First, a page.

Albany Judge rules that daily fantasy sports contests constitute gambling and are prohibited by the state constitution
Acting Supreme Court Justice Gerald Connolly in Albany, New York put the cat among the pigeons Friday when he ruled that daily fantasy sports – the classification as a game predominantly of skill notwithstanding – are gambling and as such are prohibited by the state constitution.
Justice Connolly referenced an 1894 amendment to the state constitution which he said gave a broad definition of prohibited gaming activities, so although daily fantasy sports contests are “predominated by skill rather than chance,” they are indeed gambling.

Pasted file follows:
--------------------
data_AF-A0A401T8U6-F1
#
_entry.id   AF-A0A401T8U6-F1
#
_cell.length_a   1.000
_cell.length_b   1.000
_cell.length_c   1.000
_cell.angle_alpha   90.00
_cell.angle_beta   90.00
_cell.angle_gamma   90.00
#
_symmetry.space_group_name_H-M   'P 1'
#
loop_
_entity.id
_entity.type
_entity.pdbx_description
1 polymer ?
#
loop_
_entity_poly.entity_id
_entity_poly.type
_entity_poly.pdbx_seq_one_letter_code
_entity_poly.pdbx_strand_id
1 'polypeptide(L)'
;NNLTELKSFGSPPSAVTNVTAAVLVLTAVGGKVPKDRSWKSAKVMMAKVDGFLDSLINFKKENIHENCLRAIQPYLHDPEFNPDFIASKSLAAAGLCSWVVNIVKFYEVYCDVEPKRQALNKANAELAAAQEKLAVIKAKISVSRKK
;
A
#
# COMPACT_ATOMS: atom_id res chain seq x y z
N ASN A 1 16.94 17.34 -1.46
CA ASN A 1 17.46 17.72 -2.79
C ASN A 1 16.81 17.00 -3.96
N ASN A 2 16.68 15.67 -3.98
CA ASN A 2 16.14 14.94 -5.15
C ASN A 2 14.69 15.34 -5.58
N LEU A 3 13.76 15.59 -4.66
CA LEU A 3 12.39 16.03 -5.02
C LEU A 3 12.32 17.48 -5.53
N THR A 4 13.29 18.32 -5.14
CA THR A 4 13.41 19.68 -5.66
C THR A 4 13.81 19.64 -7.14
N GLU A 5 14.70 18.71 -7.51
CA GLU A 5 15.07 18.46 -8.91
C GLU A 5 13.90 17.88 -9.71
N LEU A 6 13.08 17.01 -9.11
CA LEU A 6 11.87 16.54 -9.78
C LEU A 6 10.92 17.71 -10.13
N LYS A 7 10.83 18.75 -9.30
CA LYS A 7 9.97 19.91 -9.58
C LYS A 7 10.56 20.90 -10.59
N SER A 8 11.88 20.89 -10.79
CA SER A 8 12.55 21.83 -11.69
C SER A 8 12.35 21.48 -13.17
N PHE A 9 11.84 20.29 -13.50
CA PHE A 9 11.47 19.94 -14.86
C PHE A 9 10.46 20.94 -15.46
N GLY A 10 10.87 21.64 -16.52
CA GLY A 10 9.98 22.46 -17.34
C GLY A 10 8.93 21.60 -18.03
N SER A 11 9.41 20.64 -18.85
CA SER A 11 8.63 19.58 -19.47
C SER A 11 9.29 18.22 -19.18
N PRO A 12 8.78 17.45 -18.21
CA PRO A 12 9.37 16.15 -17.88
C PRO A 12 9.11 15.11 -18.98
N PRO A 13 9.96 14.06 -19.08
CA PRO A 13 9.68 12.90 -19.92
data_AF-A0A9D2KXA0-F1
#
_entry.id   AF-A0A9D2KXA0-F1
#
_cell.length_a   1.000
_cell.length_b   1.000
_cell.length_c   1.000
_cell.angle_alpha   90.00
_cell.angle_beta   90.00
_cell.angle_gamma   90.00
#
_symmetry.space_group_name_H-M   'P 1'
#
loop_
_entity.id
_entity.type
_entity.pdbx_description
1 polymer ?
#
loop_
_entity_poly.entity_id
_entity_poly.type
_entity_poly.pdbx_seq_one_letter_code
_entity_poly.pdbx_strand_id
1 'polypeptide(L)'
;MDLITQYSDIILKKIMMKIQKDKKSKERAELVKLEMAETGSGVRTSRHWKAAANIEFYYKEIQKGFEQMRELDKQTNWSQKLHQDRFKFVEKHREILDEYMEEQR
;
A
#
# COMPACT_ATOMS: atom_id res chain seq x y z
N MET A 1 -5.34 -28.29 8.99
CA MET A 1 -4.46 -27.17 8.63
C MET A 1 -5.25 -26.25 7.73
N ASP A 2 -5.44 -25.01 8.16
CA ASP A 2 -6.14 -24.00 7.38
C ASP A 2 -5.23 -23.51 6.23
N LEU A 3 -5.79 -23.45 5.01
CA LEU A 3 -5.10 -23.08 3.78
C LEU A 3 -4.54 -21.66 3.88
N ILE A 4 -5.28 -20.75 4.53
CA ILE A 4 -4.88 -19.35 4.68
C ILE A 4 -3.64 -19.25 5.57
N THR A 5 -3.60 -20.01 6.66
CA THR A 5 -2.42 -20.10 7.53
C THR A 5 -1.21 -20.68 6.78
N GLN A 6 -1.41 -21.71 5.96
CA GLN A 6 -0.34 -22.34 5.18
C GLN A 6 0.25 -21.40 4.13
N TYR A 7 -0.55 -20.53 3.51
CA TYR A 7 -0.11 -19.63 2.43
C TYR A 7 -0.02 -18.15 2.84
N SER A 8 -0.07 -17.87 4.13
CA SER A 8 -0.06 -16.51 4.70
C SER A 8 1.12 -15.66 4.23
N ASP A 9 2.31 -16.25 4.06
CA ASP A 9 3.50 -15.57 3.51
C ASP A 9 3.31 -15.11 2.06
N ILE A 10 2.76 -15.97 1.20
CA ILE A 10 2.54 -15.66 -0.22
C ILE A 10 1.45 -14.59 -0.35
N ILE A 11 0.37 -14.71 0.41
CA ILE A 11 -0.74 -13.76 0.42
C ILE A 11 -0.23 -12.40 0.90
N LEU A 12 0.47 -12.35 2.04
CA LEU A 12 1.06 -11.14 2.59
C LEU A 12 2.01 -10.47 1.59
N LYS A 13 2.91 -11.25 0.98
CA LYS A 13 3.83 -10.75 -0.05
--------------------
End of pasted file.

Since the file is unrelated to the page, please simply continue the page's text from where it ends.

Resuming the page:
The case has its roots in a 2016 state law signed off by Gov. Andrew Cuomo following approval in the legislature, which declared that daily fantasy sports are “not games of chance” and “do not constitute gambling” under the state’s penal law.
Four anti-gambling advocates challenged the new law, leading to Justice Connolly’s ruling, which effectively strikes down the new DFS legislation.
One person likely to be pleased (or vindicated?) by the judge’s finding will be former Attorney General Eric Schneidermann, who during his tenure of office proved to be a thorn in the side of DFS operators with his contention that the vertical constitutes gambling in New York state law (see previous InfoPowa reports).